Story and Reality
No Christian will dispute the importance of properly understanding the gospel. And throughout the centuries the function of theology has been to aid that understanding. In good part, as the author of this challenging study indicates, theology has turned to philosophy, history, sociology, or yet other disciplines in an effort to make its own message clear; that is, theology has used philosophical or historical or sociological concepts of reality, and has then attempted to impose upon reality (so defined) a deeper theological significance.
But that effort, Robert Roth believes, can never be completely successful, since each of these disciplines -- valuable as they are in themselves -- are compelled by their nature to reduce both reality and theology to the level of what is human, thus leaving out the very thing that theology is all about: God.
Roth contends that theology must use as its model what he terms story, the kind of large, comprehensive tale or myth that takes into account the basic facts of the universe and human existence. The nature of story, he tells us, is essentially dramatic, filled with tension between opposing forces. The conflict between good and evil, for example, or between hope and despair, has always characterized great literature. And it is precisely those same conflicts that characterize reality. Little wonder that God's account of reality -- the gospel -- is cast in story form.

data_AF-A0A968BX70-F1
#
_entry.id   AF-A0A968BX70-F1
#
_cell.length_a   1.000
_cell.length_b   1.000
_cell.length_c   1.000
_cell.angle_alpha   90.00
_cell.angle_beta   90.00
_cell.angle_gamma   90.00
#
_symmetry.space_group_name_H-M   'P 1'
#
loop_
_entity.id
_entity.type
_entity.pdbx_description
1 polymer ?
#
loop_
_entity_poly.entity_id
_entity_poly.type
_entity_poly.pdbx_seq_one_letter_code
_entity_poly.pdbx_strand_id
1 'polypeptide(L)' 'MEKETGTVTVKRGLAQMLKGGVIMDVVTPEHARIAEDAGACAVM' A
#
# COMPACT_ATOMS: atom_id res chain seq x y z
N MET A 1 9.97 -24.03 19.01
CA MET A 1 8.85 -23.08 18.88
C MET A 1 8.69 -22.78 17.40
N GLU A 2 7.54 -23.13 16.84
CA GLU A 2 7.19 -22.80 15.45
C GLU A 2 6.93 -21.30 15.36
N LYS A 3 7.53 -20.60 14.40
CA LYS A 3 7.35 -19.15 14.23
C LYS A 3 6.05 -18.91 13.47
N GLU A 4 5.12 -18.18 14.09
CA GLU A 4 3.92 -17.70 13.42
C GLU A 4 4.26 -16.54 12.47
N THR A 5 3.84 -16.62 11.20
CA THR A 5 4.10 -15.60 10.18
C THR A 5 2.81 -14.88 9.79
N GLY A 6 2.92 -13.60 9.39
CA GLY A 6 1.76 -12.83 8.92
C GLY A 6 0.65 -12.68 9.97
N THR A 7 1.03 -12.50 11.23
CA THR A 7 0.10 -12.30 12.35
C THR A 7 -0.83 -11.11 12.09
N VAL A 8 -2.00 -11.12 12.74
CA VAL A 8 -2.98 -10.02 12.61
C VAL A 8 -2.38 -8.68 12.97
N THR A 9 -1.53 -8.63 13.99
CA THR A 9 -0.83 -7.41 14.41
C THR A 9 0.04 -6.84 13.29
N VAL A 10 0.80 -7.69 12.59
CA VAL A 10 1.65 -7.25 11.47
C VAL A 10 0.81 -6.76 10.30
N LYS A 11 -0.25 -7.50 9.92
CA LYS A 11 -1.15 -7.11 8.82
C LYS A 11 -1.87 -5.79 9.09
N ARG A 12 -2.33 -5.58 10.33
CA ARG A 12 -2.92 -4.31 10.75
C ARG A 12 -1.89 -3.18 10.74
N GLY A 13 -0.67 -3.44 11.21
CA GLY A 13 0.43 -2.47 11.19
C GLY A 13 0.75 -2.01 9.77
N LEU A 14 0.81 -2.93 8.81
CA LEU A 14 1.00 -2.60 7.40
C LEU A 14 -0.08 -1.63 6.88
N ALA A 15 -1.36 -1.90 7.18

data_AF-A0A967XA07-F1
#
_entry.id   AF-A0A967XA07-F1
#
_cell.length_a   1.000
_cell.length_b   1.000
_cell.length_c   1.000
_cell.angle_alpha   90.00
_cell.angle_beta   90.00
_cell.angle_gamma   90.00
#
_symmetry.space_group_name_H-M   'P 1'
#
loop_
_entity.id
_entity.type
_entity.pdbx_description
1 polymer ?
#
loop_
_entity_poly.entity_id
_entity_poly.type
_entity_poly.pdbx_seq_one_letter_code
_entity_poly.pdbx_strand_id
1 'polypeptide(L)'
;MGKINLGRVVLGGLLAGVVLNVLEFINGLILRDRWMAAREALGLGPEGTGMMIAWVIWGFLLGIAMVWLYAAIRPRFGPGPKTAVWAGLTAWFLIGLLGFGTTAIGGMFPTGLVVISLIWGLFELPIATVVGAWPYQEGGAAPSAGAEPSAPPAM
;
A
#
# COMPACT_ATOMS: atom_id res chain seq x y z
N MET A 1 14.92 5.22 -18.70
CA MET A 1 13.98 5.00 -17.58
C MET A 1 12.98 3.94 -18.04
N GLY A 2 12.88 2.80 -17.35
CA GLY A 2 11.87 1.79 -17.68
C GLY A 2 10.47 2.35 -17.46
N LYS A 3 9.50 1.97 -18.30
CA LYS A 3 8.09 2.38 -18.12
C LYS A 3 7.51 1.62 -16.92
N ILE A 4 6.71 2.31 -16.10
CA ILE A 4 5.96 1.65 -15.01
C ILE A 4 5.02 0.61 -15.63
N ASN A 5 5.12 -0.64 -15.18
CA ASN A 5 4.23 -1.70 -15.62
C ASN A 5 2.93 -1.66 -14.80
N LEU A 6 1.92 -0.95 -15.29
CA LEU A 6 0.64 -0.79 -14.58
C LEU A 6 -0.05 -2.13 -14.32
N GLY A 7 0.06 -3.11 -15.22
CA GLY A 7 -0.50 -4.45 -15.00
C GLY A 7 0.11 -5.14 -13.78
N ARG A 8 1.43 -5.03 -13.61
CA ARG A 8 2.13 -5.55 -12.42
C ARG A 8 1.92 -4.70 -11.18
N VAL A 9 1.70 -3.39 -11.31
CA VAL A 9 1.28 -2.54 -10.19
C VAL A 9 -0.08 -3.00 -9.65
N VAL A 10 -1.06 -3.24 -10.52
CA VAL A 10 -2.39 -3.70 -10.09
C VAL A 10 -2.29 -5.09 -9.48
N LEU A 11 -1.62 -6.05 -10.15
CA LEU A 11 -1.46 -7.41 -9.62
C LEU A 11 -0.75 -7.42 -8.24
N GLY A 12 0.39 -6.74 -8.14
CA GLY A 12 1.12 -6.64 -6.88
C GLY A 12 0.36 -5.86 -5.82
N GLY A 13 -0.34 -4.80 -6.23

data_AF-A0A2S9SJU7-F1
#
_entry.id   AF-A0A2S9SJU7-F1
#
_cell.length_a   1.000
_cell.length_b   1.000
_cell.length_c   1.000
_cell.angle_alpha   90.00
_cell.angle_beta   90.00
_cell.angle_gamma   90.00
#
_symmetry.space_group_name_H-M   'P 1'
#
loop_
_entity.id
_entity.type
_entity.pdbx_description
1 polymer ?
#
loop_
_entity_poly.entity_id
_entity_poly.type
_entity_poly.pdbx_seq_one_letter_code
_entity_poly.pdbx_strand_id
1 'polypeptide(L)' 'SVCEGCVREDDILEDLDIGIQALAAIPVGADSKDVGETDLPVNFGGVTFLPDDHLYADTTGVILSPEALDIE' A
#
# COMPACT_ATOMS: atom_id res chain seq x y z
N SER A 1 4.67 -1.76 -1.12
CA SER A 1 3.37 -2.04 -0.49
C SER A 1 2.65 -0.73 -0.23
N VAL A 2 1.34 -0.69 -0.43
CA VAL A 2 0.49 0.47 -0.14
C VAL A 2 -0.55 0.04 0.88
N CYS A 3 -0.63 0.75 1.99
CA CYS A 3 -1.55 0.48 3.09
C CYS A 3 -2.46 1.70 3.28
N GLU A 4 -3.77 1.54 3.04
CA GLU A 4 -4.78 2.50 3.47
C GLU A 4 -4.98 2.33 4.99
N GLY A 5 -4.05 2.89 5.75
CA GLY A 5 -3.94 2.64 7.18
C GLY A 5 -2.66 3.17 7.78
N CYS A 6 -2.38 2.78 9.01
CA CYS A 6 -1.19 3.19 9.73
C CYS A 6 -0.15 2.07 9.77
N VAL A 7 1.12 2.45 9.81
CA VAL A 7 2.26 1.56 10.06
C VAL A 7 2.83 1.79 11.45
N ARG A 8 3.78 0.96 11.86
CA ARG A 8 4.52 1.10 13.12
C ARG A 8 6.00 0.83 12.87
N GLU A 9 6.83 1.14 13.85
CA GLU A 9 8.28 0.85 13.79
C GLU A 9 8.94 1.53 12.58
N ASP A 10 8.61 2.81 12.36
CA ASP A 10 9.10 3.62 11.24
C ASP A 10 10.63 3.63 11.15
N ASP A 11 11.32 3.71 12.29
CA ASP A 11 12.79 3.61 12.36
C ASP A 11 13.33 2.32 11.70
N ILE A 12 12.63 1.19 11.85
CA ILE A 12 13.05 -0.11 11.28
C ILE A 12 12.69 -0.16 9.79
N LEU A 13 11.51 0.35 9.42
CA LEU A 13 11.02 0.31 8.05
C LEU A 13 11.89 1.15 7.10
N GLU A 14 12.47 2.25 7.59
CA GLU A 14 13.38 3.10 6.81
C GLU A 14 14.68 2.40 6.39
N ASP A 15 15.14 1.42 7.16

'Story and Reality' is an exciting and unusual approach to the question of what constitutes God's message to humanity; it offers as well new insights into the nature of literature, and the role story can play in helping us properly apprehend reality. Roth demands an effort on the part of his readers; but it is an effort that will be richly repaid.
Robert P. Roth was Professor of Systematic Theology and Dean of Northwestern Lutheran Seminary in St. Paul, Minnesota. When the school became Luther Seminary he was Director of Graduate Studies. He has published articles on literature and theology in numerous periodicals, and was an editor for Global Missions' magazine, Aereopogus.